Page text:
With the losing comes disinterest at the gate. How many camouflage shirts, lunch boxes, ladies ball caps, build-a-bears and $1 hot dogs can they offer to lure people in to see ... what?
The break-even point this year was 2.4 million fans. That isn't going to happen. So will the Reds have money to pursue top-shelf free agents, compete with the New York Yankees, Boston Red Sox, Chicago Cubs and Los Angeles Dodgers?
That's doubtful. That means a long rebuilding process. Again. Patience, please.
It is for sure that the Reds put together eight straight losing seasons with Griffey and Dunn in the lineup, but blaming them for it is like blaming the weather man for the rain.
They didn't win with them, so dump them. But who replaces about 70 home runs and about 180 RBIs every year? They are left with Edwin Encarnacion (unless they trade him, too), who is even less consistent than Dunn, and Brandon Phillips, a guy batting fourth who shouldn't be batting fourth.
They have young players like Joey Votto and Jay Bruce, but they need more. Much more. They have what most thought would be a glorious pitching staff in Aaron Harang, Bronson Arroyo, Edinson Volquez, Johnny Cueto and Homer Bailey. How'd that turn out?
Jocketty stayed quiet and in the background for nearly three months. Now he has thrust his will into the picture. For those with season tickets, all one can say for the rest of the year is, "Hang with 'em and good luck."
And to Jocketty? While searching for players this offseason, find your best photo for the team's jerseys. It's your baby.
Adam Dunn has hit 270 home runs since arriving in the major leagues with the Cincinnati Reds in 2001. Here's where he stands on the Reds' all-time list:
1. Johnny Bench (1967-83) . . . 389
2. Frank Robinson (1956-65) . . . 324
3. Tony Perez
(1964-76), (1984-86) . . . 287
4. Adam Dunn (2001-08) . . . 270
5. Ted Kluszewski (1947-57) . . . 251
Among best in MLB
In the last six seasons, two major leaguers have hit more home runs than Dunn. Homers from 2003 to present:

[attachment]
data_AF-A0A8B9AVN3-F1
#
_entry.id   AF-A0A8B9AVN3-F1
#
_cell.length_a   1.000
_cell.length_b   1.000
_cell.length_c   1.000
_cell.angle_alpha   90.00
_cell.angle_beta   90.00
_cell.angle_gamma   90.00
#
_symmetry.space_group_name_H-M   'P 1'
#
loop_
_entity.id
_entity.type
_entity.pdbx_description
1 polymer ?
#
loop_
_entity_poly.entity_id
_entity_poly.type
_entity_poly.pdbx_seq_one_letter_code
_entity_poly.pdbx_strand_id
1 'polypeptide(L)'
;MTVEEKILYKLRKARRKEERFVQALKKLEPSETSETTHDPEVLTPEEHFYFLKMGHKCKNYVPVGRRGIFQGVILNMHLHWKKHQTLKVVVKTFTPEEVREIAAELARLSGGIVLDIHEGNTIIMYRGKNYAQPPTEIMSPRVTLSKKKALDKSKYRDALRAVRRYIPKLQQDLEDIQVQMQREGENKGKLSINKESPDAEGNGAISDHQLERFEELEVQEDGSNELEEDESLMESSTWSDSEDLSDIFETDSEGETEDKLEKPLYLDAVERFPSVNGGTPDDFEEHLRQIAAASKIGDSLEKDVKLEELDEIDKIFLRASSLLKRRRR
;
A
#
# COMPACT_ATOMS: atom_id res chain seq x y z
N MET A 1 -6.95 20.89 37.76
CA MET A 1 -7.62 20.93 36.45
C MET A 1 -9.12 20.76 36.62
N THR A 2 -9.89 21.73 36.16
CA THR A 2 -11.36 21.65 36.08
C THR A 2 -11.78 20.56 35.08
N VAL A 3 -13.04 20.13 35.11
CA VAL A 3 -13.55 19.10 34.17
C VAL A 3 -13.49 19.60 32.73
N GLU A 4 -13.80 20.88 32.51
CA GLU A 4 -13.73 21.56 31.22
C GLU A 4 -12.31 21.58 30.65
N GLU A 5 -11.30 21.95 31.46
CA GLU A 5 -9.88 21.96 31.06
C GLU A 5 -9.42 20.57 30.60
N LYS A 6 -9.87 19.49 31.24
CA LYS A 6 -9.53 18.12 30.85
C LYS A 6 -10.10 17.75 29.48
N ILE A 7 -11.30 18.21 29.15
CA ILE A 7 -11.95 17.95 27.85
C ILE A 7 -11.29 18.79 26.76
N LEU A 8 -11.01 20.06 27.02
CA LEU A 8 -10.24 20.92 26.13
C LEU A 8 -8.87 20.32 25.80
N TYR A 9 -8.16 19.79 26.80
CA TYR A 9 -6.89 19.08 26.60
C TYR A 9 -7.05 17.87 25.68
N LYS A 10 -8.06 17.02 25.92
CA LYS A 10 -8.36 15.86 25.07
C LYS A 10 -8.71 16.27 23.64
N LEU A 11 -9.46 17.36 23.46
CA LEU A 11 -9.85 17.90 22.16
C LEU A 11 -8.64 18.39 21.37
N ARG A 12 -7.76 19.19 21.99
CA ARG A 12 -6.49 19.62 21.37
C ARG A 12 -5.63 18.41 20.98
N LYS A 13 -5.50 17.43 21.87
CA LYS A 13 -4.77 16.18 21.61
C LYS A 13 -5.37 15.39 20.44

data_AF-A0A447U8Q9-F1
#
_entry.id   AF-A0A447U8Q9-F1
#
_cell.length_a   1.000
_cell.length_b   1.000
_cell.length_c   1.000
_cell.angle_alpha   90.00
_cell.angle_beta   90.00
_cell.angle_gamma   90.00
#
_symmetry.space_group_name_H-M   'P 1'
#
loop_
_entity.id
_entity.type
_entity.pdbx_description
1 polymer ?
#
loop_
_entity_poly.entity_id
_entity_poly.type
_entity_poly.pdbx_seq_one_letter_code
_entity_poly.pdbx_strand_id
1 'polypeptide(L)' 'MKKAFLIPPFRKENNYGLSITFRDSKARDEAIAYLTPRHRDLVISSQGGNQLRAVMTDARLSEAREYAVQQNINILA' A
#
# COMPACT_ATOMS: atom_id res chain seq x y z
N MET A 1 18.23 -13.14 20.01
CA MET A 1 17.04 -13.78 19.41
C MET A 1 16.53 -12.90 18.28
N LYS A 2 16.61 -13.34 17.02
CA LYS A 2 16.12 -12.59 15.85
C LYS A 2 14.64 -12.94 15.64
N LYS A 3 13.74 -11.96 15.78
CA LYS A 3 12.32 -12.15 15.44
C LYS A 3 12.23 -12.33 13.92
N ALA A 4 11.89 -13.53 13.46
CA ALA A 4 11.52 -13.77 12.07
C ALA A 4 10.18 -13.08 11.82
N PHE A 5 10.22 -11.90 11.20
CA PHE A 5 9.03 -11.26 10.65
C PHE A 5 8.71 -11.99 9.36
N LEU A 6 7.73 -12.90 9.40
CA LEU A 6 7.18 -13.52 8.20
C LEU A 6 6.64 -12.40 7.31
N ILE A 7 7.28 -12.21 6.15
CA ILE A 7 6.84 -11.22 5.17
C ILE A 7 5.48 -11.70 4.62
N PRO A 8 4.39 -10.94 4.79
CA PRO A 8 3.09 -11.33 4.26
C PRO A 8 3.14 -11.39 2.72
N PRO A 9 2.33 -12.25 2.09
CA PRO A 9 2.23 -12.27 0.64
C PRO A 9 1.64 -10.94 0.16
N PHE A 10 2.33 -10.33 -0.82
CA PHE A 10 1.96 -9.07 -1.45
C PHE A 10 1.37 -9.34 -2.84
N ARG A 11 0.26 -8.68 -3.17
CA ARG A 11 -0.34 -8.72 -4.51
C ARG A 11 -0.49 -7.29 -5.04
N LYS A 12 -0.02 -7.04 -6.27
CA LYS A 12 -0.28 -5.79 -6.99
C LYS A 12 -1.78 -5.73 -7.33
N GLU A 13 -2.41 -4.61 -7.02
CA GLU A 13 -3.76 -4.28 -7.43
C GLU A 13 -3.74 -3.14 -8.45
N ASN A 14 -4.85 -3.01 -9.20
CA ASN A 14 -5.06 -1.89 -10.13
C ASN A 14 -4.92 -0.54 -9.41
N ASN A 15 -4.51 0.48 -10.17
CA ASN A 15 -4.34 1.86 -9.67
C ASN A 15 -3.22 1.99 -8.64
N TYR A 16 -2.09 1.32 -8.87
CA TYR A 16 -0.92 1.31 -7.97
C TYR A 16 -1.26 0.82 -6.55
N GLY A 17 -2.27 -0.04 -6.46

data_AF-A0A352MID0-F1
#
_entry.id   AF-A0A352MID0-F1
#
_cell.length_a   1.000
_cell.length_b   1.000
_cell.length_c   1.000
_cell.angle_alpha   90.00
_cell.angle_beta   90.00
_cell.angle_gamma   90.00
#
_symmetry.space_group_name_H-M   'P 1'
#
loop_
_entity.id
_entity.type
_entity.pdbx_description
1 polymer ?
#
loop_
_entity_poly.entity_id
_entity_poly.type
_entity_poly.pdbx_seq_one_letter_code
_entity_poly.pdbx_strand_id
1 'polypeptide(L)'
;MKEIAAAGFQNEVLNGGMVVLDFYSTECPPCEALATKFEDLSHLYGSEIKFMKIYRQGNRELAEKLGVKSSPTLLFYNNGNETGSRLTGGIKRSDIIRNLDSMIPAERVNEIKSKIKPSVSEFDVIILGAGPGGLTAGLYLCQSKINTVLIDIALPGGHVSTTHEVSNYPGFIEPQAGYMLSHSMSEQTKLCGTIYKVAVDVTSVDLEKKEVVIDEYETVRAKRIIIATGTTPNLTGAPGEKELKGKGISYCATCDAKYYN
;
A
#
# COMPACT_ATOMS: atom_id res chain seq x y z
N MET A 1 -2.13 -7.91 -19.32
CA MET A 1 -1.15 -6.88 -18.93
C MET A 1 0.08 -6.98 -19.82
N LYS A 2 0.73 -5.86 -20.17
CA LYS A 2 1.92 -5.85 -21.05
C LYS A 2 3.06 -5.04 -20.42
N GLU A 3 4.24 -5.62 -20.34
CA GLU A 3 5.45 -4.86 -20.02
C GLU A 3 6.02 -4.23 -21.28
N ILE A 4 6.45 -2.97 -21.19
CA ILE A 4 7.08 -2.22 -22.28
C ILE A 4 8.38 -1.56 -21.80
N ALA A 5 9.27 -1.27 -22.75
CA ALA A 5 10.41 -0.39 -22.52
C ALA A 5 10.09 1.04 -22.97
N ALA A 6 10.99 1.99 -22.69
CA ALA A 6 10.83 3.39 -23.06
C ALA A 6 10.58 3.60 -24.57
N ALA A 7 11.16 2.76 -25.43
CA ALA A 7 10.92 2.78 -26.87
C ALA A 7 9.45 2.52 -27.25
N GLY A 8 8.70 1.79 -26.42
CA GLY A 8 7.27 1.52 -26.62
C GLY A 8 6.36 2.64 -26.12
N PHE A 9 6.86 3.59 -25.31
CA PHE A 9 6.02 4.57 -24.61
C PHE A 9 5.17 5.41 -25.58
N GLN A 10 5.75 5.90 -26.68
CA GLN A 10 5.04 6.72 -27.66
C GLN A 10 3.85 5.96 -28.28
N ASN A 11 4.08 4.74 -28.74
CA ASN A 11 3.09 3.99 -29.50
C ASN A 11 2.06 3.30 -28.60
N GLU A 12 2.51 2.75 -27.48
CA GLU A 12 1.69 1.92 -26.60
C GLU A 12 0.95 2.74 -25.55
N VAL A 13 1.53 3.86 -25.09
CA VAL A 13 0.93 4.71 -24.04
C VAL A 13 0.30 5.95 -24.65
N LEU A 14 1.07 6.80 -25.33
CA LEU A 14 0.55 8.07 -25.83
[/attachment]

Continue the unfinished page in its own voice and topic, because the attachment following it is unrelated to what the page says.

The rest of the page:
Alex Rodriguez, Yankees . . . 246
Albert Pujols, Cardinals . . . 235
Adam Dunn, Reds . . . 225
David Ortiz, Red Sox . . . 222
I miss Adam Dunn.
"Sometimes, it's not the sexiest moves that put you over the top," Krivsky said. "It's a series of transactions that help you get there."
I can't believe this.
"My mission is to be the ray of hope, the guy who stands out there on that beautiful field and owns up to his mistakes and lets people know it's never completely hopeless, no matter how bad it seems at the time. I have a platform and a message, and now I go to bed at night, sober and happy, praying I can be a good messenger." -Josh Hamilton
Walt Jocketty struck gold when he hung onto a struggling pitcher named Rick Ankiel and had him converted to an everyday player...
...maybe he's seeing yet another opportunity to take two bites at the apple with a player, once as a pitcher and once as a hitter, with Micah Owings.
24 Years and Counting...
Expecting any player to serve in both capacities is quite a bit to ask. That most could not appreciate Dunn for what he could provide saddens me.
It was not that Dunn could not lead the great talent around him. It's that there was little talent around for him to lead. We could easily argue that we'll never know what kind of leader Dunn could have been, both due to the lack of talent to lead and to his position as requisite 2nd fiddle to Junior.
I don't think we've had the opportunity to see whether or not Dunn could be the/a centerpiece. He was never given the chance, not by Reds management, certainly not by Reds announcers, and not by Reds fans.
Games are won on run differential -- scoring more than your opponent. Runs are runs, scored or prevented they all count the same. Worry about scoring more and allowing fewer, not which positions contribute to which side of the equation or how "consistent" you are at your current level of performance.
I do think it's interesting that Whitesell didn't play tonight. I think that could be an indication that he is one of the the two players to be named later. Like AK said earlier, Whitesell is a late bloomer having turned 26 years old a few months back. He's currently hitting .331/.428/.564 - .992 in AAA and is major league ready. Maybe Jocketty thinks he is another late bloomer in the mold of Ryan Ludwick, who Walt acquired when he was with St. Louis. A package of Dallas Buck/Micah Owings/Josh Whitesell wouldn't be a bad return at all IMO.
I miss Adam Dunn.